2019: Vote wisely for candidates to change your standard of living – Ayisha
July 1, 2018
A woman activist, Mrs Ayisha Osori, has urged Nigerians to participate actively in the nation’s political process and vote wisely for candidates that could change your standard of living.
Osori, the Chairman, Open Society Initiative of West Africa (OSIWA), an NGO, made the plea in interview with the News Agency of Nigeria (NAN) in Lagos.
Osori spoke on the sidelines of a Conversation programme entitled: “Stomach Infrastructure in Nigeria’’.
It was organised by BudgIT Nigeria to engage Leaders, Change Agents, Experts and Active Citizens on how to conduct elections in a non-transactional way.
Osori, one of the key speakers at the programme, said it was “difficult to address the topic from the value perspective when people are hungry’’.
“So if you use poverty as a base talk for stomach infrastructure, then, you will realise that it will be hard to talk about values.
“What we should be asking is, ‘Is the hunger just the way things are or is it caused by something?’
“If we realise that hunger is caused by the same people doing stomach infrastructure for us, then, we know they created this hunger to continue to manipulate and to seek for our support,” she said.
Osori advised electorate not to support those politicians who undermined them by underfunding education, health and infrastructure.
She urged them to break the “vicious cycle’’ by getting more involved in politics.
“Some people sell their votes because they have lost hope in the system and think their votes will not count.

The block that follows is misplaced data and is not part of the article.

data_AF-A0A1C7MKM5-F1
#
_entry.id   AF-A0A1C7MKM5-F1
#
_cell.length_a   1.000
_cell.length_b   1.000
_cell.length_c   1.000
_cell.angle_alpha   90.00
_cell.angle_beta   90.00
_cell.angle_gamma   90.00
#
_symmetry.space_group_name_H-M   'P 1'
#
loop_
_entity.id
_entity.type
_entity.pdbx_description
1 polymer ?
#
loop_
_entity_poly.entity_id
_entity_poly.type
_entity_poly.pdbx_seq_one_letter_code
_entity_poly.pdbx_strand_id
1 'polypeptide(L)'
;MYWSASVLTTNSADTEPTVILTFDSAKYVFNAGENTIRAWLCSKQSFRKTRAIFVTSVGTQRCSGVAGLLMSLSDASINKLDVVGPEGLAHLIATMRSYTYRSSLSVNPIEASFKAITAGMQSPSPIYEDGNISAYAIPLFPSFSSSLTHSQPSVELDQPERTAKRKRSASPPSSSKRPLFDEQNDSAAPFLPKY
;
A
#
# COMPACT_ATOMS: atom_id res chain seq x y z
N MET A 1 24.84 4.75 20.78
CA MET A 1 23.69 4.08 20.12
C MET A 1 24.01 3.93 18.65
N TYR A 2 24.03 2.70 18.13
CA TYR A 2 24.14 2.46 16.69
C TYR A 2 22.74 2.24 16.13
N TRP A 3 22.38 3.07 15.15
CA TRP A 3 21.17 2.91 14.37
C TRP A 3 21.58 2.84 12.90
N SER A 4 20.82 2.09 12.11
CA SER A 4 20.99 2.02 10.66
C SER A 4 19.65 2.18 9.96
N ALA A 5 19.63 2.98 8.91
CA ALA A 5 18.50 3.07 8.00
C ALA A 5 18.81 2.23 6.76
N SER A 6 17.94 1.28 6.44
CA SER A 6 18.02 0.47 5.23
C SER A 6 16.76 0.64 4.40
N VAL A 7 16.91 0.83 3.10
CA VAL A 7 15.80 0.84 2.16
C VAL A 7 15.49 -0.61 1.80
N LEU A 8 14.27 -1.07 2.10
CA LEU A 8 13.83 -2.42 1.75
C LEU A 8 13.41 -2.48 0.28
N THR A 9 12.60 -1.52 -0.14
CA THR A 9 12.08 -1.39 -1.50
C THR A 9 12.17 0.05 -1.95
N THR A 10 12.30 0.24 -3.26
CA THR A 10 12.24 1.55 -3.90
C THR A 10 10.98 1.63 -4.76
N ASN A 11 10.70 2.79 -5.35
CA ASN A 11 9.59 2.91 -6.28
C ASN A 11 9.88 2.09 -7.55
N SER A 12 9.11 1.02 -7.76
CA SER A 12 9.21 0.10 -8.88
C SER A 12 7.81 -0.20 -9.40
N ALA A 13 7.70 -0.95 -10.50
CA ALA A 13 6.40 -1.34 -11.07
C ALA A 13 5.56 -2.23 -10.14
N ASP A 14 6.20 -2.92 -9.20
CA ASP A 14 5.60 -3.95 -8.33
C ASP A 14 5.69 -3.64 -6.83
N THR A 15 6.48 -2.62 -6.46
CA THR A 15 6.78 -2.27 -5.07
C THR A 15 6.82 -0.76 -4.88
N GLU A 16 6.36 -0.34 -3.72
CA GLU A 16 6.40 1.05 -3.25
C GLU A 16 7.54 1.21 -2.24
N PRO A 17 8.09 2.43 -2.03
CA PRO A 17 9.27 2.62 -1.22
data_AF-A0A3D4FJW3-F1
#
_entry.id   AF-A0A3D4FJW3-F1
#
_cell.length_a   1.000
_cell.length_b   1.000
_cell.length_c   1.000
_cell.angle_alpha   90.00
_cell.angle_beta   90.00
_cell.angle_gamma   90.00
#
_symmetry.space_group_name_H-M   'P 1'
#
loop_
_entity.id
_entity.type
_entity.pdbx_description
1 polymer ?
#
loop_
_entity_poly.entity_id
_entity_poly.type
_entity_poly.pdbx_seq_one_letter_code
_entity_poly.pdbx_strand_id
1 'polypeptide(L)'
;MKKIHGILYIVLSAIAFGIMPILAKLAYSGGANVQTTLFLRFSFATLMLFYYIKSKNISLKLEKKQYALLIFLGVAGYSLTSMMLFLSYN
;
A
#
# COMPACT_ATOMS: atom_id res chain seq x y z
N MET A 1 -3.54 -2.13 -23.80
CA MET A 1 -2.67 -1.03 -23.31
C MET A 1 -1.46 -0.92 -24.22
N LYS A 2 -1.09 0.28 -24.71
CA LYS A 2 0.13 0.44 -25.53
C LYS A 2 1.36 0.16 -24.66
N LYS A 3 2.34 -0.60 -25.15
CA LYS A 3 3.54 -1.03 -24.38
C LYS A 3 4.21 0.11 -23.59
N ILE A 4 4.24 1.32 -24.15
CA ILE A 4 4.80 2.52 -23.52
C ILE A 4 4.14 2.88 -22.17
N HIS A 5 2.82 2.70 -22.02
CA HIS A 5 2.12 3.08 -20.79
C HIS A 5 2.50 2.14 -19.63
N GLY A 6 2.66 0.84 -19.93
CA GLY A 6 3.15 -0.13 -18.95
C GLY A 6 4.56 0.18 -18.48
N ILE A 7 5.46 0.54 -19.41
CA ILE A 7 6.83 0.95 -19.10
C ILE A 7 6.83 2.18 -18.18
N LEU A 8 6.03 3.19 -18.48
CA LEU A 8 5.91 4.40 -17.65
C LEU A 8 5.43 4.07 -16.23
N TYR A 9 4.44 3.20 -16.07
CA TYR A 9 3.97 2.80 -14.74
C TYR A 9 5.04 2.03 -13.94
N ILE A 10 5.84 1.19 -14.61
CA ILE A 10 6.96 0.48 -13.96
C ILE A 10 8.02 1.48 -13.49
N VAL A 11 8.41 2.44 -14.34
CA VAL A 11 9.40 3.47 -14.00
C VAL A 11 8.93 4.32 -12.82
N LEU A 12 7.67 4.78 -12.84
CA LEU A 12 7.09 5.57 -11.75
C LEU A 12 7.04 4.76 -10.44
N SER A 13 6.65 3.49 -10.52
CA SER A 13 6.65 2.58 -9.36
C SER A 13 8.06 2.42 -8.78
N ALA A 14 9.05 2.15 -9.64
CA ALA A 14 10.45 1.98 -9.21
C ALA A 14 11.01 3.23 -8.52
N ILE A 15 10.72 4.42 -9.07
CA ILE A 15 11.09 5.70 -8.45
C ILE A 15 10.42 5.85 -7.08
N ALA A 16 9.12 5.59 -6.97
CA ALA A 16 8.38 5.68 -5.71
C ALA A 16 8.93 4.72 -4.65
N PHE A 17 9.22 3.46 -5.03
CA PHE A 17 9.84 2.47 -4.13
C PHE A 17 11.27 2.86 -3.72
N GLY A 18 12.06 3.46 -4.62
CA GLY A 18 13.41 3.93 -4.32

“For those of us who still have hope; for those of us who are not living in extreme poverty, let vote correctly, wisely and take active participation in the politics,” Osori said.
Commenting, Ms Abiola Afolabi, the Manager, Civic Hive, Lagos, said that from the conversation, she got to know that people should not necessarily hold political offices before you could serve.
“Your focus should be on serving; it doesn’t have to be on political platforms only.
“You can start from your local community; you can start from your Church or your Mosque,” she said.
NAN reports that a Consultant,Prof. Yomi Fawehinmi, had said “election could be transactional when people vote for candidates based on the promises they made.
Fawehinmi, a former lecturer at the Federal University of Technology, Akure (FUTA), said that the people sold their votes because they had been disappointed in the past through empty promises by politicians.
“It started by politicians in failing to fulfill their promises. So, people don’t believe there is anything you can do for them.
“You can’t promise a hungry man tomorrow when he has not seen anything today,” he said.
Fawehinmi noted that selling of votes do not only take place in politics, but also in organisations.
He said that emphasis should be on taking people’s eyes away from immediate gratification to how their votes could affect them in the long run.